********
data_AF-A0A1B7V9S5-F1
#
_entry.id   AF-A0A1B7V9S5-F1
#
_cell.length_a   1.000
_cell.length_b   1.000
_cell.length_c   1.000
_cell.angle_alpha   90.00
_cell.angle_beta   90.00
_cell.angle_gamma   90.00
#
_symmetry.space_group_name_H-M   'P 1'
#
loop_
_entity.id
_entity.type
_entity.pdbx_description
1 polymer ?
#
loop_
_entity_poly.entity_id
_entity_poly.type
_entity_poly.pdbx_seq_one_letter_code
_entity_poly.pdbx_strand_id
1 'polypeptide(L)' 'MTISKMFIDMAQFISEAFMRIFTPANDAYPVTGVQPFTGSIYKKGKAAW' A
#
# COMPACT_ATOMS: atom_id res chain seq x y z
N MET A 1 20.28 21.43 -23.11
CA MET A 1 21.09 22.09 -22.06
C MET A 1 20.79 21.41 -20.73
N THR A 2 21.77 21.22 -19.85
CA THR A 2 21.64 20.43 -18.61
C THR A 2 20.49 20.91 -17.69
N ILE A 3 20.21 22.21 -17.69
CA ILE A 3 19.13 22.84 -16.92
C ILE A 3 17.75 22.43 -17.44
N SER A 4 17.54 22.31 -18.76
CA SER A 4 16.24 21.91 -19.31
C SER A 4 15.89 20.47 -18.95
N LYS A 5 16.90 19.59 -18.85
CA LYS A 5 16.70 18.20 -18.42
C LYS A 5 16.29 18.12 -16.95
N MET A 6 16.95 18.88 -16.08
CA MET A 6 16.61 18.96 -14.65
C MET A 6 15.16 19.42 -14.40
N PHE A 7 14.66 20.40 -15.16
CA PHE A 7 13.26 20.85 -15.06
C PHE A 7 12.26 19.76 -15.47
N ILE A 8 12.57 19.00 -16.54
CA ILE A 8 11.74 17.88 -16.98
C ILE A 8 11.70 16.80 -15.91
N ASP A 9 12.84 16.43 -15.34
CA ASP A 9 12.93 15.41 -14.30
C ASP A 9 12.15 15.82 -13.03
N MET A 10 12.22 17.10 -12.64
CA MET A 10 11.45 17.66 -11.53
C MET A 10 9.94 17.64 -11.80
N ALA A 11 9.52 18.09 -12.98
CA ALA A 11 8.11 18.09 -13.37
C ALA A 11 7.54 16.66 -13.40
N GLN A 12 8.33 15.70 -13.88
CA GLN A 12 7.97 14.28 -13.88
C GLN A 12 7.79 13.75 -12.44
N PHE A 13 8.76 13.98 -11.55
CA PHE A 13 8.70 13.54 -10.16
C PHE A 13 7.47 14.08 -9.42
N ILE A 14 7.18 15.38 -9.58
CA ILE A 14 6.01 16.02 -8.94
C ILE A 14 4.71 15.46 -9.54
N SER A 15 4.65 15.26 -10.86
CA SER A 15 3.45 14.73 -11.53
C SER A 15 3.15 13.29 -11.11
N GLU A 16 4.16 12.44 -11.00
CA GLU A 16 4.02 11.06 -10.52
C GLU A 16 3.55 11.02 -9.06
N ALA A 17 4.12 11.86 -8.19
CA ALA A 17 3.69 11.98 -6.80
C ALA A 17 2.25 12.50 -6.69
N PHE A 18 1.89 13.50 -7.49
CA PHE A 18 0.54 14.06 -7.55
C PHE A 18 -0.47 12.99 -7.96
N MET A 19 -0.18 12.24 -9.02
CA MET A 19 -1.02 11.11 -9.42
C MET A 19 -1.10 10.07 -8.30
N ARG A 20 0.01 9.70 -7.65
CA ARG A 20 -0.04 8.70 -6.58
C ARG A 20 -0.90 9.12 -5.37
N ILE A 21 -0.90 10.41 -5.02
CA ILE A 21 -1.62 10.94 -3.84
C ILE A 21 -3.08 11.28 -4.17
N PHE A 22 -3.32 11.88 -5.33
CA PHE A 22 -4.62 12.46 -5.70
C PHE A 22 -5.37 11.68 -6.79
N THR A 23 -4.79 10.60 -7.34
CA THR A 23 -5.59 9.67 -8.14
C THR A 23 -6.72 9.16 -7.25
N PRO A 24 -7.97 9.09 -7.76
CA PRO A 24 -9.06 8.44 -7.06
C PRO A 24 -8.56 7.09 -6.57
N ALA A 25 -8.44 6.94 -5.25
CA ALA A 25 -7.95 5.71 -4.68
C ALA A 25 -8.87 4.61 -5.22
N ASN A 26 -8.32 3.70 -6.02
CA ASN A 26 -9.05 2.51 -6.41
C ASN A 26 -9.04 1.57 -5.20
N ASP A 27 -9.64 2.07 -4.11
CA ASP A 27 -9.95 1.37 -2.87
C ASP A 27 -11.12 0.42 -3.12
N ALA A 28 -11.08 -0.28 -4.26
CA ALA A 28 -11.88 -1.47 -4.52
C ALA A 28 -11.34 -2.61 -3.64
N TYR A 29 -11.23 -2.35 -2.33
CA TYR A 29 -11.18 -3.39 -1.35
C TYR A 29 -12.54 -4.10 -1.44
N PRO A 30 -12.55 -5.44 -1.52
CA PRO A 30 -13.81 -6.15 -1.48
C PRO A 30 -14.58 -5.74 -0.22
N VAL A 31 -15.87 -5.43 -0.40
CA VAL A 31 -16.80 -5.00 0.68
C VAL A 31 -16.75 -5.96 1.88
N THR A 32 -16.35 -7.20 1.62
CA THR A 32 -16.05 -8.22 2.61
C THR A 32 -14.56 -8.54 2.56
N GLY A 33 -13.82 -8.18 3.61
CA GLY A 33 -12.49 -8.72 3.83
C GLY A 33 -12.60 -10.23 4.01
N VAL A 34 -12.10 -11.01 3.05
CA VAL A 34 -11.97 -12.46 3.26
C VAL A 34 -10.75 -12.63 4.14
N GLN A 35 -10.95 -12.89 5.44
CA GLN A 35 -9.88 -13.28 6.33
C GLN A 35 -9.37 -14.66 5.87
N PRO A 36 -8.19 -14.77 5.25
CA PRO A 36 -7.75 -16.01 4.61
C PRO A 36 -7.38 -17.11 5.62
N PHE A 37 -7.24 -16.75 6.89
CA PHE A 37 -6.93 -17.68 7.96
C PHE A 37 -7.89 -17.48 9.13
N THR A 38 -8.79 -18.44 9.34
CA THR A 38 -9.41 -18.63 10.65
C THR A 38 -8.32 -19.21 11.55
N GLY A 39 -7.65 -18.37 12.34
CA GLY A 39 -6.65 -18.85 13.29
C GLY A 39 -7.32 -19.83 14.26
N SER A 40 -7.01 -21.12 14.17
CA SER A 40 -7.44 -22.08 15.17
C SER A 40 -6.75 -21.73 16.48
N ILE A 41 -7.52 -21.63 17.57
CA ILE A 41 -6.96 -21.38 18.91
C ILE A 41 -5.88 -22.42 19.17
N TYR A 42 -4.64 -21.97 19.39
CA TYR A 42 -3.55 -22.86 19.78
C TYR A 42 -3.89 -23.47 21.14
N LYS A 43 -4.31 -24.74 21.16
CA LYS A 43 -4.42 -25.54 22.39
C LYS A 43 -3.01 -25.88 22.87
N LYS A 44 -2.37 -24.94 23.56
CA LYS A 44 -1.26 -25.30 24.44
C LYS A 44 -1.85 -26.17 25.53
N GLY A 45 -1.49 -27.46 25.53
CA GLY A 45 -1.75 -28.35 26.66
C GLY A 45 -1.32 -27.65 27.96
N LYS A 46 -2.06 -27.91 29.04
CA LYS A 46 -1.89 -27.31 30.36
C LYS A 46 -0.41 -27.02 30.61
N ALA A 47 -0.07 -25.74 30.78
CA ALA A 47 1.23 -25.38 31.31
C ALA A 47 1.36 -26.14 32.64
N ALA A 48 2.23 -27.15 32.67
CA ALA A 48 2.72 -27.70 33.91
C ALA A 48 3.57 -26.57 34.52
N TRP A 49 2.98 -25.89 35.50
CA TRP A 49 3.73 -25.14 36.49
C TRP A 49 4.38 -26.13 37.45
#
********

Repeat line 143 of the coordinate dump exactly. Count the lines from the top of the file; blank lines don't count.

CA GLY A 39 -6.65 -18.85 13.29